United in biodiversity: making room for nature in Europe

The more biodiverse, the more secure life on Earth is. But species, including our own, are under threat. 22% of European animal species and over 50% of native trees are now at risk of extinction, while 75% of insects losses were recorded in nature reserves in Germany. Even the smallest of species disappearing can have catastrophic implications. The recent pandemic has shown all too clearly how fragile and interconnected ecosystems are, and how dependent our wellbeing is on the health and integrity of all species.

The EU’s Biodiversity Strategy for 2030 that was introduced today by Executive Vice-President Frans Timmermans and presented by Commissioner Virginijus Sinkevičius, aims to “bring nature back into our lives” in Europe, to increase protected areas across the EU, and to identify new measures for managing and restoring ecosystems.

The release of the strategy couldn’t be timelier. With societies fighting the global pandemic, the focus has rightly been on supporting healthcare services and protecting our economies and jobs. However, taking a sustainable approach to post-COVID-19 recovery is essential for rebuilding a healthy society and a healthy economy. Indeed, as the Commission points out, almost half of global GDP depends on nature and the services it provides. The Biodiversity Strategy emphasizes the vital role that business can and should play in helping to protect the planet’s ecosystems, not only by reducing their own environmental footprint, but also through advancing innovation and partnerships to tackle biodiversity loss.

We at Microsoft are ready to do our part. Just last month, we shared plans focused on preserving and protecting the world’s ecosystems through the power of data and technology.

In fact, data – or the lack thereof – is a key issue when it comes to addressing biodiversity loss in Europe. The Biodiversity Strategy rightly points out that all efforts need to be underpinned by sound science, calling for improved data and indicators on biodiversity. Current data varies considerably from country to country and depending on the species in question. This is a challenge that goes beyond Europe.

Knowledge gaps, reinforced by the interconnected nature of global ecosystems, are hampering decision making. Without an understanding of the full extent of biodiversity loss, it’s hard to measure the impact of protection and restoration efforts. Efforts to assess the state of ecosystems have been recently made by IPBES, but such assessments take many years to complete and time is running out. To increase the availability of and access to timely and comparable environmental data, Microsoft has announced plans for a Planetary Computer. This is an AI-driven platform that will collate trillions of data points, collected by people and machines in space, in the sky, in and on the ground, and in the water, and generate insights and predictions on the state of our environment in real-time. For example, it will combine information about different terrain types and ecosystems with the best available data about where species live, enabling a global community of wildlife biologists to benefit from each other’s data.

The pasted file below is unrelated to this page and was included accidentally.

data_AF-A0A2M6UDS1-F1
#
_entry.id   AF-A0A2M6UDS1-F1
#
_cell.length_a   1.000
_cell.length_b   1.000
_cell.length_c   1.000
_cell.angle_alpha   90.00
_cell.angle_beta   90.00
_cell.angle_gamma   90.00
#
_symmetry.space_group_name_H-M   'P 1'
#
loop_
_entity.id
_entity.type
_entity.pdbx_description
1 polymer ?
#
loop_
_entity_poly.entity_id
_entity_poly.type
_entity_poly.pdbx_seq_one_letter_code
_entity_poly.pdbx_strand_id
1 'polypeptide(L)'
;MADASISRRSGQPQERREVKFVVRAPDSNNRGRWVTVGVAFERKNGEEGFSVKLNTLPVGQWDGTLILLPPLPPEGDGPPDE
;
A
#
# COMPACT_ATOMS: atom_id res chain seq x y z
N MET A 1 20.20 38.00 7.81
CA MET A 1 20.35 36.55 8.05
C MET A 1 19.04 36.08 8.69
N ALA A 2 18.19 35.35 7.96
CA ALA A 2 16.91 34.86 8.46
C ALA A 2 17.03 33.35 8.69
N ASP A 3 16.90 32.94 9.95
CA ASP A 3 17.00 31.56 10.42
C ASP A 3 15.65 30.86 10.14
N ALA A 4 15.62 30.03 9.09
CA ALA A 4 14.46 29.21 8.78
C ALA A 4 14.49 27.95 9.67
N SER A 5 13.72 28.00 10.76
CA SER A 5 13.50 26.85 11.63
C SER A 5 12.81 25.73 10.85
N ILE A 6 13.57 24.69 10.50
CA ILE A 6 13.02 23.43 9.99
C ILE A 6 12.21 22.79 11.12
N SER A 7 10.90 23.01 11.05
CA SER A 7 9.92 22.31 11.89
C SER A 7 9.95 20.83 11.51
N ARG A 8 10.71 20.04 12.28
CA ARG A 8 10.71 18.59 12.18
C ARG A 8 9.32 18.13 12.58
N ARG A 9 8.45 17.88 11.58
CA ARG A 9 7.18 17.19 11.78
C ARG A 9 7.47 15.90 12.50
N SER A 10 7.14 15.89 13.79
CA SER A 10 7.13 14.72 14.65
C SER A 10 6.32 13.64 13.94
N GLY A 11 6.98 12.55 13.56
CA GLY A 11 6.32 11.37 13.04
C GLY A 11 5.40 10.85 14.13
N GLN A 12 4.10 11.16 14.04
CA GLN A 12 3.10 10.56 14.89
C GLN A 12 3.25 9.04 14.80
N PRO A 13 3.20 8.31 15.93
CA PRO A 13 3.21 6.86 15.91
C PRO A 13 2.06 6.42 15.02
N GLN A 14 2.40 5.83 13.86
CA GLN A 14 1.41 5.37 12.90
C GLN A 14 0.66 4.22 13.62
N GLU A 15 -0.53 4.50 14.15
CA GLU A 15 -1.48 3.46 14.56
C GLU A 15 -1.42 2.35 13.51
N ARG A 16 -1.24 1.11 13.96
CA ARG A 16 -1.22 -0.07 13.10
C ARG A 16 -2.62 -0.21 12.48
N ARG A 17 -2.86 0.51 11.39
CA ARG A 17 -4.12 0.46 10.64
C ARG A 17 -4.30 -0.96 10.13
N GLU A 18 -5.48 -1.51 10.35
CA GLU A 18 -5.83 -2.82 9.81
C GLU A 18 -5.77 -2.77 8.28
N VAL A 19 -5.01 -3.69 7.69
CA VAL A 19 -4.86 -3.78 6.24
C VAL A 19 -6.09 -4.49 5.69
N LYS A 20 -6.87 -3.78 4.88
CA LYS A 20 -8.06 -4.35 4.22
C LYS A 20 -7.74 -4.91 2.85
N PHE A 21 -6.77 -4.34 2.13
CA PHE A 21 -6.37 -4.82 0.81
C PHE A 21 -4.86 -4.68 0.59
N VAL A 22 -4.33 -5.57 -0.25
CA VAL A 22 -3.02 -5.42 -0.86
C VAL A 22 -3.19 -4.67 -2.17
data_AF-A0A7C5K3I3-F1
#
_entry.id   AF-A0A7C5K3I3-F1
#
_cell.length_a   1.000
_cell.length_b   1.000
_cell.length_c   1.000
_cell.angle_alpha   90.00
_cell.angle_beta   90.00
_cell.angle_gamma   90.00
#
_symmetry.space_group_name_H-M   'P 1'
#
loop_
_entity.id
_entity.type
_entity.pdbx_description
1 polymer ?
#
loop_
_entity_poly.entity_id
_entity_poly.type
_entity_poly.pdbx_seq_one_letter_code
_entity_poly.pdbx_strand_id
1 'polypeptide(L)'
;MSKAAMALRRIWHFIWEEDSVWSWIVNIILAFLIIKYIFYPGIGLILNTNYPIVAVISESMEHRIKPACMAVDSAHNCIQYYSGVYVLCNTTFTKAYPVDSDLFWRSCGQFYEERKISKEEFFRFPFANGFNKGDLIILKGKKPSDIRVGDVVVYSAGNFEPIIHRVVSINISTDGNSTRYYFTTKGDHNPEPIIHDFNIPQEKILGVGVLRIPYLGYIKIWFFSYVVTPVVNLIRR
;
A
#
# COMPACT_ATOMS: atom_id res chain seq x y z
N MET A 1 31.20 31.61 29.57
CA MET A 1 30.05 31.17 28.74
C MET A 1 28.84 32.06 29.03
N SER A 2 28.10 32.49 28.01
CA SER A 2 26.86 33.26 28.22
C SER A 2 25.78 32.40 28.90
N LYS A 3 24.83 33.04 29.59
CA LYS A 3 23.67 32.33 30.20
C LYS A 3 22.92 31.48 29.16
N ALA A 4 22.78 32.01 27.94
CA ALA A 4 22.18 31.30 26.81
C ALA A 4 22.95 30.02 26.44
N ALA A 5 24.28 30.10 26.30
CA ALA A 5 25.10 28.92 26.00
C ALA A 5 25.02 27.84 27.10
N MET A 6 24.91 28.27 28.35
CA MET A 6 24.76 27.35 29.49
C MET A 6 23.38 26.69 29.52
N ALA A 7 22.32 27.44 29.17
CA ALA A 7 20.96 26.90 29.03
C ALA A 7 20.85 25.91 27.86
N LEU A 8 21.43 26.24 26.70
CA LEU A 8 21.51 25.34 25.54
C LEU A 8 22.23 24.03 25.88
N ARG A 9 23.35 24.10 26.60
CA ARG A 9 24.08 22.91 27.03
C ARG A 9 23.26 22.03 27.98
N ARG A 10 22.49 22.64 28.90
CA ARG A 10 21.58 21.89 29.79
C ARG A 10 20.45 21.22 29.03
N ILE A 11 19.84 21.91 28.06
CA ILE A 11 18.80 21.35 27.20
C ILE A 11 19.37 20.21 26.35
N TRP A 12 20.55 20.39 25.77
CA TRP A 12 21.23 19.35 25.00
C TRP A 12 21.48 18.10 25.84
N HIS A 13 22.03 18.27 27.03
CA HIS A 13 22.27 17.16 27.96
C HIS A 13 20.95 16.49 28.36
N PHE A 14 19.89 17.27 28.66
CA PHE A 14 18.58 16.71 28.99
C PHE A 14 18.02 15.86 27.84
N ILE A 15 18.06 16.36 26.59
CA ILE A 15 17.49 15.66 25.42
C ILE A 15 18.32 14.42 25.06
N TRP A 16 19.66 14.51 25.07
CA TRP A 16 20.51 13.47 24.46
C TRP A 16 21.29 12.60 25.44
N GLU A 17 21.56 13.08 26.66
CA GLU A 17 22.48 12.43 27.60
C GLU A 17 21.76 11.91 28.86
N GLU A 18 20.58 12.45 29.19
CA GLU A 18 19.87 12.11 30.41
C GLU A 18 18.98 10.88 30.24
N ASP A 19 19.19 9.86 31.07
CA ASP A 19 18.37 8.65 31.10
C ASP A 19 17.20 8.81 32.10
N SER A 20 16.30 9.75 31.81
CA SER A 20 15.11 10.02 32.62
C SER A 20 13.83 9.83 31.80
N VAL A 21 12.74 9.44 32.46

As part of our Open Data Campaign we have also announced that we will make our AI for Good initiatives, including AI for Earth, “open by default” to help solve major challenges and contribute to closing the environmental data gap. Both efforts can support environmental research and help improve conservation efforts in Europe.

Since 2017, we’ve put artificial intelligence technology into the hands of more than 600 organizations working in 85 countries worldwide through our AI for Earth program. Over 100 of these projects are run by organizations in Europe, and several are focused on tackling Europe-specific biodiversity challenges.

In Sweden, for instance, where forests cover 70 percent of the country, the Swedish Forestry Agency is using AI for arboriculture and pest control. German organization we4bee is helping address the worrying decline in bee populations with AI-powered beehives. And grantees of our AI for Earth EU Oceans Award are focusing their efforts on studying and analyzing changes in marine ecosystems.

The Commission is right to emphasize that the scale of the challenge requires a multi-stakeholder approach. Public-private partnerships, including those on the Horizon Europe research agenda, are important for filling knowledge gaps and finding solutions to improve the health of ecosystems. A dedicated “Biodiversity Partnership” will link researchers and practitioners, and support data-driven research to stop the loss of biodiversity. A great example of this type of work is led by BiodivERsA, which is funding and supporting critically important pan-European research on biodiversity.

Protecting the natural habitats we live in and from is essential to securing the health, wellbeing and future of all species. This is no small ambition and, as the European Commission points out, achieving it demands active participation and cooperation from all actors in society.

The EU has already shown strong leadership through its commitment to becoming the first climate-neutral continent and Europe will continue to set the global sustainability agenda, including long-term biodiversity goals. The Biodiversity Strategy is yet another step towards demonstrating that environmental protection and economic growth can go hand in hand and that this is the only way to ensure the wellbeing and economic prosperity of present and future generations. It is an ambitious plan that will shape the global response to halting biodiversity loss at a critical moment in time. It is a plan that requires all of us to come together and work hard to connect all the necessary pieces.

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Casper Klynge
Vice President of European Government Affairs